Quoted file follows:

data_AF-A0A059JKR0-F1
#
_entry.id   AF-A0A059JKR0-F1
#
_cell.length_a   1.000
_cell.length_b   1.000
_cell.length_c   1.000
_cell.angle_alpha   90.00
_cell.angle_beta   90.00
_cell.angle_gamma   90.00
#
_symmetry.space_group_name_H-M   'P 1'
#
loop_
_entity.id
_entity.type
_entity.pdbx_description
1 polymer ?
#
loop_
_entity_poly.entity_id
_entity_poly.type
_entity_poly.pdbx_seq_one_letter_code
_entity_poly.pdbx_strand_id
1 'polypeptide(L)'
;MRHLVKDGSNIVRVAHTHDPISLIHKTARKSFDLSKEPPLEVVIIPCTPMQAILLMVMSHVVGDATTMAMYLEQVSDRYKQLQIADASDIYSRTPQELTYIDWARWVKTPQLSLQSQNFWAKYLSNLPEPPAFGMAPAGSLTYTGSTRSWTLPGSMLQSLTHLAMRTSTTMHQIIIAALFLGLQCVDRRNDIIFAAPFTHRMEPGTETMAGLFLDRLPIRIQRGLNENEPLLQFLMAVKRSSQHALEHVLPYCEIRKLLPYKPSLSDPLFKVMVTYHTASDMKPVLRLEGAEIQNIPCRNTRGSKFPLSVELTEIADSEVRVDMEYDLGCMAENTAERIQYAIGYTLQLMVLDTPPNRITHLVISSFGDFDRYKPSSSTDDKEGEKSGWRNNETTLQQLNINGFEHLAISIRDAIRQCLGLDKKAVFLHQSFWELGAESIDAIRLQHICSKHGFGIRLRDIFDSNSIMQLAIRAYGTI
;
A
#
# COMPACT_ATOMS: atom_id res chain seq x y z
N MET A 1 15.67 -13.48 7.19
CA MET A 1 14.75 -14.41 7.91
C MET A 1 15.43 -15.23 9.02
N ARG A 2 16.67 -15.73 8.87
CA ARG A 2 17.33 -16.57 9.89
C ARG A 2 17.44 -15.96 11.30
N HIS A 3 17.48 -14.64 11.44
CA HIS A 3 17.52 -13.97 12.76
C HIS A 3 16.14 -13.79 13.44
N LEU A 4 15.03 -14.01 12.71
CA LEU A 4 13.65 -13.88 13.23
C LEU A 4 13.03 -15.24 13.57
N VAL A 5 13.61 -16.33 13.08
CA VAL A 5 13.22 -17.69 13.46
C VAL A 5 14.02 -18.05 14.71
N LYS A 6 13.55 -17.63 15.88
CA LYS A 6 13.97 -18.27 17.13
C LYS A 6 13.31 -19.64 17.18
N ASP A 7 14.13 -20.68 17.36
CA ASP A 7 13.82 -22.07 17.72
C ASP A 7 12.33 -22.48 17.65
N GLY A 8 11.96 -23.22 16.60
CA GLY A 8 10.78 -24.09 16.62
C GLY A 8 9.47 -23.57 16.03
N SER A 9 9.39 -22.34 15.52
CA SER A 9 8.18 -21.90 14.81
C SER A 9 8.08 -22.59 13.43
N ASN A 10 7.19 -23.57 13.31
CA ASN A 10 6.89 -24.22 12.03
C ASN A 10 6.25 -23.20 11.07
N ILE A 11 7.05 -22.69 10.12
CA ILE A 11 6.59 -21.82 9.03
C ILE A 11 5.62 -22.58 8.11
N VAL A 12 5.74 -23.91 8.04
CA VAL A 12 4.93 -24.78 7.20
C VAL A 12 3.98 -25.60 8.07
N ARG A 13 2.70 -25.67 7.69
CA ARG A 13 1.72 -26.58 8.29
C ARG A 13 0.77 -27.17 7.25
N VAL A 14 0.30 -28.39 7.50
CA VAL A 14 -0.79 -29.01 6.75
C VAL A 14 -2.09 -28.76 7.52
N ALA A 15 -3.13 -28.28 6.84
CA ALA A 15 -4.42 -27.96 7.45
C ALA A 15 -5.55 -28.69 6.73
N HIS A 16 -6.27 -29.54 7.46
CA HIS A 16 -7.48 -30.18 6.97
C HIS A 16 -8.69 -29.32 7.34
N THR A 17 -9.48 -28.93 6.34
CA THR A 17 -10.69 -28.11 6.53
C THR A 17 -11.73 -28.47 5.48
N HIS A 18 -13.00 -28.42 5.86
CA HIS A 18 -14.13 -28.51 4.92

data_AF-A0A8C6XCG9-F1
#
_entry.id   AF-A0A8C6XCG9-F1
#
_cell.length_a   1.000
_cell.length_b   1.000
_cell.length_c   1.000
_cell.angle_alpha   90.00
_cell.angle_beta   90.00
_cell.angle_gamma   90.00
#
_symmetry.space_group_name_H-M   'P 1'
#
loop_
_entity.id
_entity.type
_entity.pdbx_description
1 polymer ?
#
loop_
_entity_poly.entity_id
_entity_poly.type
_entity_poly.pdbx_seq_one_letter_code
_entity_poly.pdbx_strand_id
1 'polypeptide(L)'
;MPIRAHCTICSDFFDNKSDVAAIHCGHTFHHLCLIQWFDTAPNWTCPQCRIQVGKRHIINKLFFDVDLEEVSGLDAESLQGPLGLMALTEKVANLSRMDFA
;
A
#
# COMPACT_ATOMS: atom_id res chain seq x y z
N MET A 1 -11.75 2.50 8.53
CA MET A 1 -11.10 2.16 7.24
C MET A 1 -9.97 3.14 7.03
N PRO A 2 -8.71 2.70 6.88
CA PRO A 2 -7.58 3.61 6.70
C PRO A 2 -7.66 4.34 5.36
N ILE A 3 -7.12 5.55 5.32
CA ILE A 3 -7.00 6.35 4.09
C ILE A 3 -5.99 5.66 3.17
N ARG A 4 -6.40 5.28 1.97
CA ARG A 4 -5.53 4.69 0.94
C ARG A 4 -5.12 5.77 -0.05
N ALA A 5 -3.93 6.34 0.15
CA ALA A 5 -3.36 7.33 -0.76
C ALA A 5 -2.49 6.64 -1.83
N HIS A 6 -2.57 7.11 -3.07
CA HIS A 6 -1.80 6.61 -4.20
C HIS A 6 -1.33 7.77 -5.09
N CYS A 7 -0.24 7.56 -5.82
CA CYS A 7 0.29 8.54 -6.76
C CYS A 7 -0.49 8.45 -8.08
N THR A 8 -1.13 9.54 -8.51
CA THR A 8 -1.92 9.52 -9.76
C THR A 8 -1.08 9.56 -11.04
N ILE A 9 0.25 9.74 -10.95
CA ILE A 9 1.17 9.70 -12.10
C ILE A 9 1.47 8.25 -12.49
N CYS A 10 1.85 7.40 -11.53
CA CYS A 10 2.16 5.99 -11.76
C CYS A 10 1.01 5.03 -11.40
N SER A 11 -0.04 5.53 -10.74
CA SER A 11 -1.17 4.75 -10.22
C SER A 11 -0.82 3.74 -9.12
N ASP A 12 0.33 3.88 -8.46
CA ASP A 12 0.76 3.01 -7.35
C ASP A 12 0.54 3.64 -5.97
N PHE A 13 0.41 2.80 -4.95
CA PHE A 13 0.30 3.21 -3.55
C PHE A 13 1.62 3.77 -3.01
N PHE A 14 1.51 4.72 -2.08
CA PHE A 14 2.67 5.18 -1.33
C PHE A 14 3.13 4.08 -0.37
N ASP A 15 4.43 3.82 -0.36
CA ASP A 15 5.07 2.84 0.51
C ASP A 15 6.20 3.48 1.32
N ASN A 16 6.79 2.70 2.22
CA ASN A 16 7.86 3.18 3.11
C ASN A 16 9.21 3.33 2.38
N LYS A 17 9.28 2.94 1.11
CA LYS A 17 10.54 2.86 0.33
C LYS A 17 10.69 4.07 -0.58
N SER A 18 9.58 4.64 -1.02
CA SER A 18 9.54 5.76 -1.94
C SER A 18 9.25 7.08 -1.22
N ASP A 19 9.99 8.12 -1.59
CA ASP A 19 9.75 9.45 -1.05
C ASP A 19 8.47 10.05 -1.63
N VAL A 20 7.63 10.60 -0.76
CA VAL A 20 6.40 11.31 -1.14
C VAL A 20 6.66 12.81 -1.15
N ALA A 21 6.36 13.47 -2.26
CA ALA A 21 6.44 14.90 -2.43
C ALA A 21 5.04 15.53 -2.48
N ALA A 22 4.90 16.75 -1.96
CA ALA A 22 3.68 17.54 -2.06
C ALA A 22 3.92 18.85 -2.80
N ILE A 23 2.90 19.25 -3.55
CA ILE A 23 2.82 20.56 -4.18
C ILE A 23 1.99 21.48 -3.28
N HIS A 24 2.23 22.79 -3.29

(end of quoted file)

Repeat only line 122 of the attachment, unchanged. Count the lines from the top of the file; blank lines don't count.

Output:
C ILE A 3 -5.99 5.66 3.17